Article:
Chichester brothers Luke and Edward White are hoping for success as co-producers of their first feature film Blood Money, a tense and claustrophobic psychological thriller in which five friends are forced to hole up in a deserted holiday home after a botched robbery.
The film is due for international video-on-demand release this week (from March 3). Ed is the cinematographer and Luke is the director for a “psychological thriller with a bit of a horror edge” which was filmed over an intensive 11 days in France on a £40,000 budget. The film features the 2016 BIFA-nominated Scott Chambers and former Skins TV stars Ollie Barbieri and Klariza Clayton, along with newcomers Sabrina Hansen and Nicholas Bourne. It was written by Rosy Deacon.
“We start the film with five friends post-university,” Luke explains, “on a summer holiday in a big house down in France. We catch up with them right after they have committed an art heist, and very quickly things start to go wrong. One of the gang that they recruited is shot and they bring him back to the house in the back of the car. He is dead. They try their best to stay calm and give themselves some time to try to work out what to do with the body. They put him out in the wood shed.”
As Ed says, it’s about the tension and the paranoia: “And for us the location was very important. We were lucky that some friends owned this house in France and had it as their second home. We went and did a recce with Rosy, the writer, and we really developed the story around the quirky features of the house in Normandy.”
Luke said: “We enjoyed that there are a lot of threads in the story, romantically and plotwise. There are lots of clues and red herrings. I enjoyed making sure that we could make it all as subtle as we could so that people will be able to go back and watch it for a second time and pick up things that they missed. Some of the things are quite obvious, but hopefully they are also misleading. For me to have the chance to review the script and try to direct something that was satisfying for the audience was great – to give them a fair chance to try to work things out for themselves and solve the mystery. It has got a bit of an Agatha Christie vibe about it. We want to do a throwback to some of those classic murder mysteries, but we also wanted to make a very modern film. The characters are very contemporary.”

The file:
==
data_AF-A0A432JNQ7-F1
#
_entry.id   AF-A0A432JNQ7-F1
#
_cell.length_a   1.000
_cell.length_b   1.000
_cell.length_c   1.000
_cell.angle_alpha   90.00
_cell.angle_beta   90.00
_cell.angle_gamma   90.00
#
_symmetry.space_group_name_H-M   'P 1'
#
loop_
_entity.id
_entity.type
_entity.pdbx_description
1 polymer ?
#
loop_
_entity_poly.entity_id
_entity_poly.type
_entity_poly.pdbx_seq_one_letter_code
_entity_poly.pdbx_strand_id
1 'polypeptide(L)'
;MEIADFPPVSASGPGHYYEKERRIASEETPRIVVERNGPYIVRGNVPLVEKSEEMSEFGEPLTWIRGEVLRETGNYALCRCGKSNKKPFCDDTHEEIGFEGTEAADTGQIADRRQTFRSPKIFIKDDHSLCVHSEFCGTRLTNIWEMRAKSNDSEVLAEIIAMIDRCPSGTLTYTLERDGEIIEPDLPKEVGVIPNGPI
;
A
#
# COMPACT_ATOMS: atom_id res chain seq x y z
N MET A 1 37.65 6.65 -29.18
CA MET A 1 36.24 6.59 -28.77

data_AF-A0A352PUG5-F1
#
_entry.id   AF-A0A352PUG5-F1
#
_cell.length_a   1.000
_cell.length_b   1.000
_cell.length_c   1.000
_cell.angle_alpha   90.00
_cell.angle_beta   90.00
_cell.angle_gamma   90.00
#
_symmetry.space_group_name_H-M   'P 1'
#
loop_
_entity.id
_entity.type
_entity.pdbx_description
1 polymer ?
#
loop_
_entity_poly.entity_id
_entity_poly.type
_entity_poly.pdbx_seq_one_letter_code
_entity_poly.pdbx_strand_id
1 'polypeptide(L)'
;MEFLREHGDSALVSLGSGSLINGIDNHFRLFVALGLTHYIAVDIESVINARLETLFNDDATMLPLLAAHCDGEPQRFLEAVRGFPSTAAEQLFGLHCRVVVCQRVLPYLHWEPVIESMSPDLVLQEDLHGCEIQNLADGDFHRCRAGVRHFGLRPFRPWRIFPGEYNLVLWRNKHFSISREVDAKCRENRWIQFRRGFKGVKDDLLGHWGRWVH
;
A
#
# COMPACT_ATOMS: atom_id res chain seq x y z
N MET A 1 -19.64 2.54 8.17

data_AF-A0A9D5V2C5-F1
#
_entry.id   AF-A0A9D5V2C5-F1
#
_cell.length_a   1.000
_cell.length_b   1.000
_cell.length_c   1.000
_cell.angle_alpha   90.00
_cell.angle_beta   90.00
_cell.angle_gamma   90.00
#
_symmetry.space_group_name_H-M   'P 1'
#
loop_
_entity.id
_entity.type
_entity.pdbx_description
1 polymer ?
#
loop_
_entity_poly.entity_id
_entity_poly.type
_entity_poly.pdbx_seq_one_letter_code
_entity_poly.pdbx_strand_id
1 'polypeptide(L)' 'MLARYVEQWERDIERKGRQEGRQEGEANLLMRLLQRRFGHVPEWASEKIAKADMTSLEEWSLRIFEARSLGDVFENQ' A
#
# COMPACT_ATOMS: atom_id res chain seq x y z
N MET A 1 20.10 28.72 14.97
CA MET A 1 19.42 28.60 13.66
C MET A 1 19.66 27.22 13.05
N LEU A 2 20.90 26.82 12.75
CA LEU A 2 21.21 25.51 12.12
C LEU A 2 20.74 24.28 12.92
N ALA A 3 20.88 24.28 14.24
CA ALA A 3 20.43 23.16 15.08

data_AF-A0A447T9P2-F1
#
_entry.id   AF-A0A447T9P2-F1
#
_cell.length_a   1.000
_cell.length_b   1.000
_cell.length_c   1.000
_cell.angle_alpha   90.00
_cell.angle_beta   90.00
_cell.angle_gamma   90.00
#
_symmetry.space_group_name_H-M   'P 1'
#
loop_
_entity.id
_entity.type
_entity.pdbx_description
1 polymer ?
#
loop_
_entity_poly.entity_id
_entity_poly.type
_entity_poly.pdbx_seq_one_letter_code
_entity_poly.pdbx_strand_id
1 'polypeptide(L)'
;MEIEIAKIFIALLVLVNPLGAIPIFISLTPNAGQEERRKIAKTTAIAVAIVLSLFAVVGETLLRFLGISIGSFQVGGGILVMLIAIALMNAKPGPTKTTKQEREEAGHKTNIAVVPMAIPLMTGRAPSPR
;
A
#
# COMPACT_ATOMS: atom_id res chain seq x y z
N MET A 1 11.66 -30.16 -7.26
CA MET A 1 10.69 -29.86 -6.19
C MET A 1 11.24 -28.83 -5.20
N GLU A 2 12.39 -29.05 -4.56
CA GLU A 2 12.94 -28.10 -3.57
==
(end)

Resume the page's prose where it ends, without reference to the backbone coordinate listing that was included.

The brothers had a screening in Leicester Square last September in the hope that it would be picked up for UK and US distribution.
“We had a number of offers come through over the next couple of months, and some of them were very exciting. They promised a lot, but at the same time, something didn’t quite feel right. It didn’t feel that the offers had a lot of transparency. They were very reluctant to give us an idea of when sales reports would be and things like that. So we decided that we would put the film out ourselves by pitching it to the VOD retailers.”
Available from Amazon, iTunes, Google Play Vimeo, http://www.apple.co/2kWpWiS.
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